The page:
On Feb. 10, the annual St. Edith Stein lecture was given in the Gentile Gallery at 3 p.m., this year discussing the importance of Blessed John Duns Scotus’s interpretations.
The St. Edith Stein lecture is the biggest lecture put on by Franciscan University’s Philosophy Department and was a part of the Spring Lecture Series this year. The Gallery was almost full, with both faculty and students excited to hear about a lesser known medieval philosopher who belonged to the Franciscan order: Scotus.
The name of the lecture was “Causation and Potency: Scotus’s Argument for God’s Existence.” Franciscan’s Philosophy Chair Paul Symington introduced the guest speaker, Richard Cross. Cross, who received his doctorate in philosophy at Oxford University and currently teaches philosophy at Notre Dame University, is an expert in medieval philosophy and theology. He has a particular interest in Scotus and his arguments. Cross spoke on one of Scotus’s proofs of the existence of God.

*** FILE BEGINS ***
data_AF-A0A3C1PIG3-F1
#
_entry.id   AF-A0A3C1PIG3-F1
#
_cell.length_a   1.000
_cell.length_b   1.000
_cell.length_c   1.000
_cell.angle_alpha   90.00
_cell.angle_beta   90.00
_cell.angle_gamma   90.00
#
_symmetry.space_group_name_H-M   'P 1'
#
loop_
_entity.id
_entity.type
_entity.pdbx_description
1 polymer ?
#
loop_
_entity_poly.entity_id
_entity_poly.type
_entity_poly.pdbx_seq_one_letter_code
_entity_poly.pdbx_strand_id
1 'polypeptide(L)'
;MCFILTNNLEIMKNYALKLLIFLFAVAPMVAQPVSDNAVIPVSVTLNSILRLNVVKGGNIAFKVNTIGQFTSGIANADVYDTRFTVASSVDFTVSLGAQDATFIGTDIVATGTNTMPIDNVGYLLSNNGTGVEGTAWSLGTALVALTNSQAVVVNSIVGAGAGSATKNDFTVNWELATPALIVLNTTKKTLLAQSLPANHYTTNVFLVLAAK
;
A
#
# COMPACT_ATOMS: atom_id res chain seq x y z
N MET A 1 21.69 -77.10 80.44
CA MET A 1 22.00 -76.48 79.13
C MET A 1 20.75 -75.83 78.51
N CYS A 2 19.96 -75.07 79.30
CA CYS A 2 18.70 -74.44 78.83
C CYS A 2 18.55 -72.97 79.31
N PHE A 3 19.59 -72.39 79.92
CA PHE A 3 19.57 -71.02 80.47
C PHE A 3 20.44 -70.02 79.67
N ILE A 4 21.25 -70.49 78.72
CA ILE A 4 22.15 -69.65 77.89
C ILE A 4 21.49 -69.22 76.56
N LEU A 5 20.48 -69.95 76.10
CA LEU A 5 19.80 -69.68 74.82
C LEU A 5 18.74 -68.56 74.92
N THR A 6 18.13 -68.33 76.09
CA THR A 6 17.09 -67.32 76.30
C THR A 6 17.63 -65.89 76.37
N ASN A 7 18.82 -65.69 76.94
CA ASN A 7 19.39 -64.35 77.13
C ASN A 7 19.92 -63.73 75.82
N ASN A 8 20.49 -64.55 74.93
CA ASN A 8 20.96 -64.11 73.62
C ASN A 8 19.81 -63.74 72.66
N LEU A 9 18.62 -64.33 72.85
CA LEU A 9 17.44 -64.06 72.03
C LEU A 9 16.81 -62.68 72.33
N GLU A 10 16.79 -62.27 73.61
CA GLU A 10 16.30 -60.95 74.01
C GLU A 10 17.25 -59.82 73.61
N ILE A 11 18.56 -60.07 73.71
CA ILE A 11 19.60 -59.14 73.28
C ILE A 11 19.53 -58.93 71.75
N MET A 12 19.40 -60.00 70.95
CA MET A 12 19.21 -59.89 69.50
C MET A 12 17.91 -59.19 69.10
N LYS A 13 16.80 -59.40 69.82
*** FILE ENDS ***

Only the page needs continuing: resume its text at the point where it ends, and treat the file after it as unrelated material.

Cross spoke on and off about Scotus’s argument in St. Thomas Aquinas’s ‘First Cause’ argument, that things which happen in the world must be caused by something else, and Aquinas argued there must be a ‘Primary, Unmoved Mover’ who started everything. Scotus takes this conclusion and builds and adds to it with ideas on ‘Objective Potency’ and ‘Actual’ Being.
The crux of the talk was on the fact that there is some ambiguity in what Scotus meant in the conclusion of the argument. Cross examined and explained what the two sides are and why they hold their positions.
The talk concluded with a brief Question and Answer session, where several members of the Philosophy Department asked Cross hypothetical questions to further examine Scotus’s views.
After the talk, Leticia Cruz, a senior theology major, commented that the talk had been “intriguing, but I found it more complicated than Thomas Aquinas’s five ways.”
Mahto Fast Horse, a senior theology and philosophy major, said, “The doctor (Cross) clearly has read and knows his material. A lot of it went over my head because I haven’t read it.” But Fast Horse did feel that overall, “it was a good talk.”
Even with some of the students wishing they had more prepared for the talk, it did encourage some of them to go and learn more about Scotus. Scott Peters, a senior theology major, summed up the the interest in the talk well: “Many of the professors here are Thomists, and it was interesting to learn about a Franciscan thinker.”